Wine does strange things to people – and I don’t just mean when they have had too much to drink. People spend amazing amounts of money in pursuit of prestigious wines, which they may never drink.
I do understand this to a certain extent, but I don’t think I’ve ever spent more than $90 on individual bottles of wine – which admittedly was worth a whole lot more when we finally drank them 20 years later, but I would never have paid the market value of several hundred dollars at the time we did finally enjoy them. But some are willing to pay a whole lot more.
The world’s most expensive wine is 1907 Heidsieck Champagne. Back in the early 1900s, much of the premium champagne from France was consumed by wealthy Russians and were shipped via the Baltic Sea. One such ship (and probably many more) was shipwrecked off the coast of Finland and was discovered by divers in 1997. Apparently these bottles of champagne have been well preserved and are available to buy at the Ritz-Carlton Hotel in Moscow for the bargain price of $US275,000. The price is not reflective of the quality of the wine, but more for its story and age of the wine.
A bottle of 1787 Chateau Lafite was sold at Christies Auctions in London in 1985 for $US160,000. Chateau Lafite is a historical French winery with a history going back to the 13th century. But again, the value of this wine was not so much about the quality of the famous red wine, but the story of its ownership. It was reported to be from the cellar of Thomas Jefferson, the former US President and had the initials THJ etched into the glass bottle.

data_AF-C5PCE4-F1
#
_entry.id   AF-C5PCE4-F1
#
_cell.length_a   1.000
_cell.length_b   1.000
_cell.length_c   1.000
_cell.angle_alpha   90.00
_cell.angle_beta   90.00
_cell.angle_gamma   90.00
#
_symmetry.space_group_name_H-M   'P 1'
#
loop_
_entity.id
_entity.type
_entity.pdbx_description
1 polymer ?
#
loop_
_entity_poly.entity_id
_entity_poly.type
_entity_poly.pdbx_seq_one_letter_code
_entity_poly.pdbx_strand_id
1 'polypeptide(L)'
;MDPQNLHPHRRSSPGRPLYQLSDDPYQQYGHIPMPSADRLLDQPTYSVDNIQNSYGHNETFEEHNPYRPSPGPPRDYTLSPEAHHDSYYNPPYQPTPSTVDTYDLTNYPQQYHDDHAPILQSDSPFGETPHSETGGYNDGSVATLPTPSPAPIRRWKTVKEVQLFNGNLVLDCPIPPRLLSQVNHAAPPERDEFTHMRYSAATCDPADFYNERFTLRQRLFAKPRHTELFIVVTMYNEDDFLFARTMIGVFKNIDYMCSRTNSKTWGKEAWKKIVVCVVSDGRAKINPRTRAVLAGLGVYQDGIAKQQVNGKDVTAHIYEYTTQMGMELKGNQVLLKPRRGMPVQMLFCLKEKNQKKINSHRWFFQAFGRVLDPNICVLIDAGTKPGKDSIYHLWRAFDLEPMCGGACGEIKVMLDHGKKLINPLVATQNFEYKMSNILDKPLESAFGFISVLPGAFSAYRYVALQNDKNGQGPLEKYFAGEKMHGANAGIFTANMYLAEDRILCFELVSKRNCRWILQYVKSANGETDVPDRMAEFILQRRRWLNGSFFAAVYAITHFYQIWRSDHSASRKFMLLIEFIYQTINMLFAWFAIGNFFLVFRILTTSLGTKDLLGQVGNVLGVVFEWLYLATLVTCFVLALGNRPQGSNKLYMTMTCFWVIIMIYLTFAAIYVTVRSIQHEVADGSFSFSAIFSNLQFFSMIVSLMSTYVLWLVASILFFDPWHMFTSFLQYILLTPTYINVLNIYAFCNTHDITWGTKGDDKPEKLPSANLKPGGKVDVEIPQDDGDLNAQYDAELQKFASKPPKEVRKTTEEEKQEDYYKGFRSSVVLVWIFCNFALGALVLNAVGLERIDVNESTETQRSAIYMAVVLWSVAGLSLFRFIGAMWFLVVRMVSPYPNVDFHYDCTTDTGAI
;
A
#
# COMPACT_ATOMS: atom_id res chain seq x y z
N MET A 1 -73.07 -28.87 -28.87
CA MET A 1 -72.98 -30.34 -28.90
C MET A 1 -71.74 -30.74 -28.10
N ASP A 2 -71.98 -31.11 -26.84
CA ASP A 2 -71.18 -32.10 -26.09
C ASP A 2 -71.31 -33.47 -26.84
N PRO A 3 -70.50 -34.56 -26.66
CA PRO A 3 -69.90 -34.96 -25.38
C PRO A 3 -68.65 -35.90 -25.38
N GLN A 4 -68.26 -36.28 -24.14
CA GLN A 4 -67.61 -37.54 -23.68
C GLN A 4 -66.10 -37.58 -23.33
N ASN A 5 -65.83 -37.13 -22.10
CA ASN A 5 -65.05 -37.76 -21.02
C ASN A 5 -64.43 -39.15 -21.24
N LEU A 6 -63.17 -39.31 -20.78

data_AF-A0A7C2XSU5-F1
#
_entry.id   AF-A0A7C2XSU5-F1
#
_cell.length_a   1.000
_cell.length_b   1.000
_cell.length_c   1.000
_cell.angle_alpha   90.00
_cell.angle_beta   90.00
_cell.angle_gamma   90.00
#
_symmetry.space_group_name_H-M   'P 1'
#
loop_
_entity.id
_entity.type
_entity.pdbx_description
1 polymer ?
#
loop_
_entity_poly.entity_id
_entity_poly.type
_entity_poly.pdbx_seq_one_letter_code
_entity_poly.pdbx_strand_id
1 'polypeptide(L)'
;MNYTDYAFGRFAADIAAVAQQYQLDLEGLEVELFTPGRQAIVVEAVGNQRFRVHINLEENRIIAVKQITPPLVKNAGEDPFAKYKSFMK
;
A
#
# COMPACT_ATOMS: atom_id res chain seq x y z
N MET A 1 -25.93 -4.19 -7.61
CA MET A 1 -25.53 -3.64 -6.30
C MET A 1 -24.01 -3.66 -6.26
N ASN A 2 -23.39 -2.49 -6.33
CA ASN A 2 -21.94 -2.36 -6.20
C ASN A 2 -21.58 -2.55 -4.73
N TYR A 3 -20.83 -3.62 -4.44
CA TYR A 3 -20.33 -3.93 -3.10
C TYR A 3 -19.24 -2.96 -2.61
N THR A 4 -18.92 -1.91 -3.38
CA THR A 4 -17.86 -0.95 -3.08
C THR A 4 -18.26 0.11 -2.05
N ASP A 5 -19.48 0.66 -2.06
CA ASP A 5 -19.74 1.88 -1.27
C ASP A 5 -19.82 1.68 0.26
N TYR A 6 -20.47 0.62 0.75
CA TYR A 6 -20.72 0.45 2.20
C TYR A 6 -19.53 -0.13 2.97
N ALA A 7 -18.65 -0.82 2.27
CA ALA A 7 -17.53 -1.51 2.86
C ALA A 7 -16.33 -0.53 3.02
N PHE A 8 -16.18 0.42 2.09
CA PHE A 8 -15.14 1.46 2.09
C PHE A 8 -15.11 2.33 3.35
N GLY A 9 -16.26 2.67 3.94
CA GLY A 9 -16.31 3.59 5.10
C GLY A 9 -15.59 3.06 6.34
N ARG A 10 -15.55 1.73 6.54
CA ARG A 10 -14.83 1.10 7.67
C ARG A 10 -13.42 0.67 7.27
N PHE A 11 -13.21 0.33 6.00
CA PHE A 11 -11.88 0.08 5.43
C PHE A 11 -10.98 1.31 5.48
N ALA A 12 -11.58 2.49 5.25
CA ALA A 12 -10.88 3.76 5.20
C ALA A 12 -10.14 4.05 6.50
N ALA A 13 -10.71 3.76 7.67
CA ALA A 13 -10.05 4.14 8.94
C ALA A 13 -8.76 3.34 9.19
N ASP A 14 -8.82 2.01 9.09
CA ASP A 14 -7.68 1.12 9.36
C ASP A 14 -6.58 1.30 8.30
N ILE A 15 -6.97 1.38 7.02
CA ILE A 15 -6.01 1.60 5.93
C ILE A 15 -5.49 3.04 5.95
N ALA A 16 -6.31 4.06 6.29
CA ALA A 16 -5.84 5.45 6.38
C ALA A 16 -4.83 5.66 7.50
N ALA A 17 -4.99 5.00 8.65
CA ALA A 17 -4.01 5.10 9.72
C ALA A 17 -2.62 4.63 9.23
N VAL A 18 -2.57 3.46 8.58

This next one’s price tag was actually about the quality of the wine rather than the story. The 1945 Chateau Mouton-Rothschild Jeroboam (Claret) is considered to be the finest vintage of the 20th century and was sold at auction for $US114,614 per bottle. Fifty years after vintage, the tasting notes describing the colour, bouquet, concentrated flavours, tannin and length remain the same as they did 10 years after vintage. The comment was “seemingly indestructable”. Sounds pretty dreamy!
Penfolds Grange Hermitage 1951 ranks pretty highly in the world’s most expensive wines. This was the first Grange vintage and wasn’t released commercially, as it was purely experimental and only 160 cases were produced. All reviews indicate that this wine is well past its peak for drinking, so the value again is more about the story and the historical significance. A bottle of this is valued at $AUD50,000.
These are the wines that the wine writers and auction houses help to promote and subsequently boosts their value. I know there are amazing wines in small wineries all over the world that don’t enjoy the fame and fortune of these big names, but do it because it’s a passion and for the pure joy of creating something delicious that brings great pleasure!